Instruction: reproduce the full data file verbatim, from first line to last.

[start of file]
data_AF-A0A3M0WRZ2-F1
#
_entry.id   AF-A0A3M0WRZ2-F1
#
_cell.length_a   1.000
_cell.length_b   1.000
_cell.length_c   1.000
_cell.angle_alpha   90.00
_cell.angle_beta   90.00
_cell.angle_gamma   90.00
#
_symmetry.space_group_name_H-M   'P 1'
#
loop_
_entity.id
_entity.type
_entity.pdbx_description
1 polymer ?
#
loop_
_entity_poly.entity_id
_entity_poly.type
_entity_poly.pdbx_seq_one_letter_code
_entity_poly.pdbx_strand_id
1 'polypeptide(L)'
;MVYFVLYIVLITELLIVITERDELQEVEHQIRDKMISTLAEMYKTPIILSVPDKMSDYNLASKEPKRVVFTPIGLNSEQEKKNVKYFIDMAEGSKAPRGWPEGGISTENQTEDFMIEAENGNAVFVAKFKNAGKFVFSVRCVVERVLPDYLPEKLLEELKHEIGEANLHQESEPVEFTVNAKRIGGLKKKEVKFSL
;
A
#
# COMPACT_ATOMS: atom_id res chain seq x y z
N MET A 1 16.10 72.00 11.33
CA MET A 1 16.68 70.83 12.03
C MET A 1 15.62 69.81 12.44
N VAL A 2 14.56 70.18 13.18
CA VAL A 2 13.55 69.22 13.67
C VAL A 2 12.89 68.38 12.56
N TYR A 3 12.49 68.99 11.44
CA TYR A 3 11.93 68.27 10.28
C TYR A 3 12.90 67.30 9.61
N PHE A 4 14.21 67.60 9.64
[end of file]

data_AF-A0A3M0WRZ2-F1
#
_entry.id   AF-A0A3M0WRZ2-F1
#
_cell.length_a   1.000
_cell.length_b   1.000
_cell.length_c   1.000
_cell.angle_alpha   90.00
_cell.angle_beta   90.00
_cell.angle_gamma   90.00
#
_symmetry.space_group_name_H-M   'P 1'
#
loop_
_entity.id
_entity.type
_entity.pdbx_description
1 polymer ?
#
loop_
_entity_poly.entity_id
_entity_poly.type
_entity_poly.pdbx_seq_one_letter_code
_entity_poly.pdbx_strand_id
1 'polypeptide(L)'
;MVYFVLYIVLITELLIVITERDELQEVEHQIRDKMISTLAEMYKTPIILSVPDKMSDYNLASKEPKRVVFTPIGLNSEQEKKNVKYFIDMAEGSKAPRGWPEGGISTENQTEDFMIEAENGNAVFVAKFKNAGKFVFSVRCVVERVLPDYLPEKLLEELKHEIGEANLHQESEPVEFTVNAKRIGGLKKKEVKFSL
;
A
#
# COMPACT_ATOMS: atom_id res chain seq x y z
N MET A 1 16.10 72.00 11.33
CA MET A 1 16.68 70.83 12.03
C MET A 1 15.62 69.81 12.44
N VAL A 2 14.56 70.18 13.18
CA VAL A 2 13.55 69.22 13.67
C VAL A 2 12.89 68.38 12.56
N TYR A 3 12.49 68.99 11.44
CA TYR A 3 11.93 68.27 10.28
C TYR A 3 12.90 67.30 9.61
N PHE A 4 14.21 67.60 9.64